Hidden Markov models (HMMs) were used to identify putative alkB and CYP153 genes in the MAGs and the genomes of potential hydrocarbon and plastic degraders (Text S1). Totals of 21 and 23 MAGs had at least one copy of genes classified as alkB and CYP153, respectively (Fig. 4). alkB was found in 1 Myxococcota and 1 Planctomycetota MAG, in 2 Bacteroidota MAGs, and in 17 Proteobacteria MAGs. Multiple copies of the alkB gene were found in some of the MAGs, especially in MAGs from group K. The highest number of alkB genes in one MAG was 12, found in MAG 12 (Fig. 5B). alkB genes belonging to group R MAGs clustered together in one single group. The alkB genes from group R MAGs clustered with the alkB genes from known marine Rhodobacteraceae alkane degraders (Fig. 5B). In contrast, alkB genes from group K clustered together in several groups, with some of them grouping with sequences from other Proteobacteria MAGs (Fig. 5B).
CYP153 was detected in 1 MAG of Calditrichota and of Planctomycetota, in 2 MAGS of Actinobacteriota and of Myxococcota, and in 17 MAGs classified as Proteobacteria. There were several clusters composed only of Proteobacteria CYP153; however, there were also CYP153 genes from MAGs of different phyla clustering together (Fig. S3). There were several MAGs with more than one copy of a gene classified as CYP153 (Fig. S3).

Cell abundance and respiration measurements.

To determine respiration rates of the biofilms on plastic in comparison to glass, oxygen consumption measurements were performed after the surfaces were incubated for 3 months with communities A2, B2, and C2 (Fig. 1). Just before starting the respiration measurements, the abundances of all three microbial communities were significantly higher in the incubations with plastics than with glass (F = 955.18 and P < 0.001) (Fig. 6B and Fig. S4). The cell abundances of the three communities growing on LDPE also differed between each other (F = 96.41 and P < 0.001) (Table S3), with community C exhibiting a significantly higher number of cells than communities A and B (Fig. 6). No cells were found on the surface of both LDPE controls (control I and control II).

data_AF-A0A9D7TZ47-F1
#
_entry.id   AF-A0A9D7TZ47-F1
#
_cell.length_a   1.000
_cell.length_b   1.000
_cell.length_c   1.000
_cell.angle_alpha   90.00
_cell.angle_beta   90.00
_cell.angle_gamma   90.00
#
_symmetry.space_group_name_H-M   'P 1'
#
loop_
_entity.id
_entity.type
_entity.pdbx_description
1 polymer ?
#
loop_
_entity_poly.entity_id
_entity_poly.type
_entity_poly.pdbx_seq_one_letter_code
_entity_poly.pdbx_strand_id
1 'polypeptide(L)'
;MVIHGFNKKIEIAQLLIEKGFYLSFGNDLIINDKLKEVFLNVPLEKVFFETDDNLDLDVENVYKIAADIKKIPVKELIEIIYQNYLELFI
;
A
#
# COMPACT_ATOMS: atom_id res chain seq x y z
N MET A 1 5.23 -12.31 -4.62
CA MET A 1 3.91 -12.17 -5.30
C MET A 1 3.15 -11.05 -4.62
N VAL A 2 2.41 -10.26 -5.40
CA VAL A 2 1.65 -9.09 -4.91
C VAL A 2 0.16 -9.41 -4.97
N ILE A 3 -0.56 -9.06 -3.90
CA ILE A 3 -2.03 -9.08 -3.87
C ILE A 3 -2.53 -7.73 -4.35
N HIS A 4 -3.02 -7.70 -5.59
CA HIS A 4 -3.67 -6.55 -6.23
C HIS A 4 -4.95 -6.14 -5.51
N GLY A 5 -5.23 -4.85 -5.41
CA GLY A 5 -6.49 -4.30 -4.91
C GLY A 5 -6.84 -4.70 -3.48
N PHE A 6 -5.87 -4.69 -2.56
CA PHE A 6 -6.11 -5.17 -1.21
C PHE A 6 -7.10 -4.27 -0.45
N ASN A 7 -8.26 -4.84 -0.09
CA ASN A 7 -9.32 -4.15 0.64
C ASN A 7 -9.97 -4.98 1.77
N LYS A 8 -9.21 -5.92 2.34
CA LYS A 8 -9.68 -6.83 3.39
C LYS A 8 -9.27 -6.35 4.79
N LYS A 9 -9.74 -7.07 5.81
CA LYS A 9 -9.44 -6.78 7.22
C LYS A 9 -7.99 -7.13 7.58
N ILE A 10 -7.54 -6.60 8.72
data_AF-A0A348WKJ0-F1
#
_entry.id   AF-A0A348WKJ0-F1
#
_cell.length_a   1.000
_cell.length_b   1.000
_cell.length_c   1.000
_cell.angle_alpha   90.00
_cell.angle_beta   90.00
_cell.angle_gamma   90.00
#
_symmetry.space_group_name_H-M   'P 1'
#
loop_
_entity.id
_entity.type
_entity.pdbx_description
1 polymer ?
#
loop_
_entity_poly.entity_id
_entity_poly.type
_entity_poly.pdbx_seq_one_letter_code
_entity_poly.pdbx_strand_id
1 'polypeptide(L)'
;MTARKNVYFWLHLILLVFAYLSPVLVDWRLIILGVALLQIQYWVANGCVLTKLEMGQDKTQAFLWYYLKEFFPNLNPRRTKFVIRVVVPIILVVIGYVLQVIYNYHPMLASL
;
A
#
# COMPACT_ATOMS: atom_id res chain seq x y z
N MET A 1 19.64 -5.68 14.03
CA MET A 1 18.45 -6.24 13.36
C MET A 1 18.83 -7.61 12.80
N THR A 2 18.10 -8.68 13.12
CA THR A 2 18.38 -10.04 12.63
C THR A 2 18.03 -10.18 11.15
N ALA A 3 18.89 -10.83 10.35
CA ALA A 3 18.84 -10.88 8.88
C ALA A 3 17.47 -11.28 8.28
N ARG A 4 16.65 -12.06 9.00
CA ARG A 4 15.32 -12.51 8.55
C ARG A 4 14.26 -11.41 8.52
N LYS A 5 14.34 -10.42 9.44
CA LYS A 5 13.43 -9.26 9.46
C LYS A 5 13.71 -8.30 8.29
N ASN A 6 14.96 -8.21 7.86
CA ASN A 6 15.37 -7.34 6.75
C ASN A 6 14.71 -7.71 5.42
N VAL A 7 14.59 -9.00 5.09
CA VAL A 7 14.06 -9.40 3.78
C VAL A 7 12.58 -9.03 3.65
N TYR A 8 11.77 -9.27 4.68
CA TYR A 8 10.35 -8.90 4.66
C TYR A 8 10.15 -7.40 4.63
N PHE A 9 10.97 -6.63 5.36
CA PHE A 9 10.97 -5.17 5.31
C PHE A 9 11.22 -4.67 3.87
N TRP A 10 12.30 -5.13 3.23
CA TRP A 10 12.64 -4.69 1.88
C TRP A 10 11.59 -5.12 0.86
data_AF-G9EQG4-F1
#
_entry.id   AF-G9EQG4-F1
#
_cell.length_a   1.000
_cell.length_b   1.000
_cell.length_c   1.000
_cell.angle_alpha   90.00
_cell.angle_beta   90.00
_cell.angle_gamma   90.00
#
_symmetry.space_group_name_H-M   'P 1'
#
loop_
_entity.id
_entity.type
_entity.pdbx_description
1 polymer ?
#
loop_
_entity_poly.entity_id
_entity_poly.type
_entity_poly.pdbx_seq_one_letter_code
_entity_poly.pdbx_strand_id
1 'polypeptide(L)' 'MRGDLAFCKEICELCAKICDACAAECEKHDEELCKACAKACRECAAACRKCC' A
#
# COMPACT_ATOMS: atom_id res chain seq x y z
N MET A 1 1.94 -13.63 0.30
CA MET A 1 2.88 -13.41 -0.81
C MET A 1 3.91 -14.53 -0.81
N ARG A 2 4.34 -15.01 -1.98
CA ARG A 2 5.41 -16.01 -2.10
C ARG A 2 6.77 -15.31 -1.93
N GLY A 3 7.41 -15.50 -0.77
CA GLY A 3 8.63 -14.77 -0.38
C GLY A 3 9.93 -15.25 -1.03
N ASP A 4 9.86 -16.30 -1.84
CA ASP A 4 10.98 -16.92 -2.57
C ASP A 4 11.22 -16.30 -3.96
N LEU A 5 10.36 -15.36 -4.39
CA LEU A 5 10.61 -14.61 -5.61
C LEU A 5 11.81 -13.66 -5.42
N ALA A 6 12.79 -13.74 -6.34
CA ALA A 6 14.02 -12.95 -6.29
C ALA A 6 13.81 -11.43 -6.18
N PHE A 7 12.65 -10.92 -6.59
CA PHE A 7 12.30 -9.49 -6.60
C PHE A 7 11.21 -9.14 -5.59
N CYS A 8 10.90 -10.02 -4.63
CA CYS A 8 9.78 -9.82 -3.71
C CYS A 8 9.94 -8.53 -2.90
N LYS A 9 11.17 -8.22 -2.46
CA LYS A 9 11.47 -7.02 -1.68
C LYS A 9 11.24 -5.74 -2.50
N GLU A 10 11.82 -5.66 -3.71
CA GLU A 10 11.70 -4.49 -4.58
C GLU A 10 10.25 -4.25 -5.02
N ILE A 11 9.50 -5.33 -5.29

FIG 6 Oxygen consumption rates of microbes in the plastic and glass treatments. The boxplots represent the means ± SD. (A) Total oxygen consumption in each sample in micromoles per square centimeter of plastic or glass. Each black dot represents one replicate. (B) Number of cells per square centimeter of plastic or glass. In this plot, the boxplot lines represent the maximum number of cells cm−2 counted in a photo of that sample. Each black dot corresponds to the number of cells per square centimeter of one photo. The controls were excluded from this and the next plot because no cells in those samples were detected. (C) Oxygen consumption. Samples with different letters on each plot were significantly different from each other (P value < 0.05; Tukey test results in Table S3).
Oxygen consumption rates per square centimeter of surface area were significantly higher in the microbial communities associated with LDPE than on glass (F = 48.84 and P < 0.001) and in the controls (Fig. 6A and Table S3). However, cell-specific oxygen consumption rates were higher in microbial communities in the glass than in the plastic treatment (Fig. 6C). Incubations with community B2 showed the least difference in bulk oxygen consumption rates between the glass and plastic treatments. Additionally, from all the treatments with LDPE, community B2 exhibited the highest cell-specific oxygen consumption rate. Communities A2 and C2 showed similar cell-specific oxygen consumption rates (Fig. 6C) (P = 0.99). However, when incubated with glass, community A2 showed a higher oxygen consumption rate than community C2 (Fig. 6C) (P < 0.001).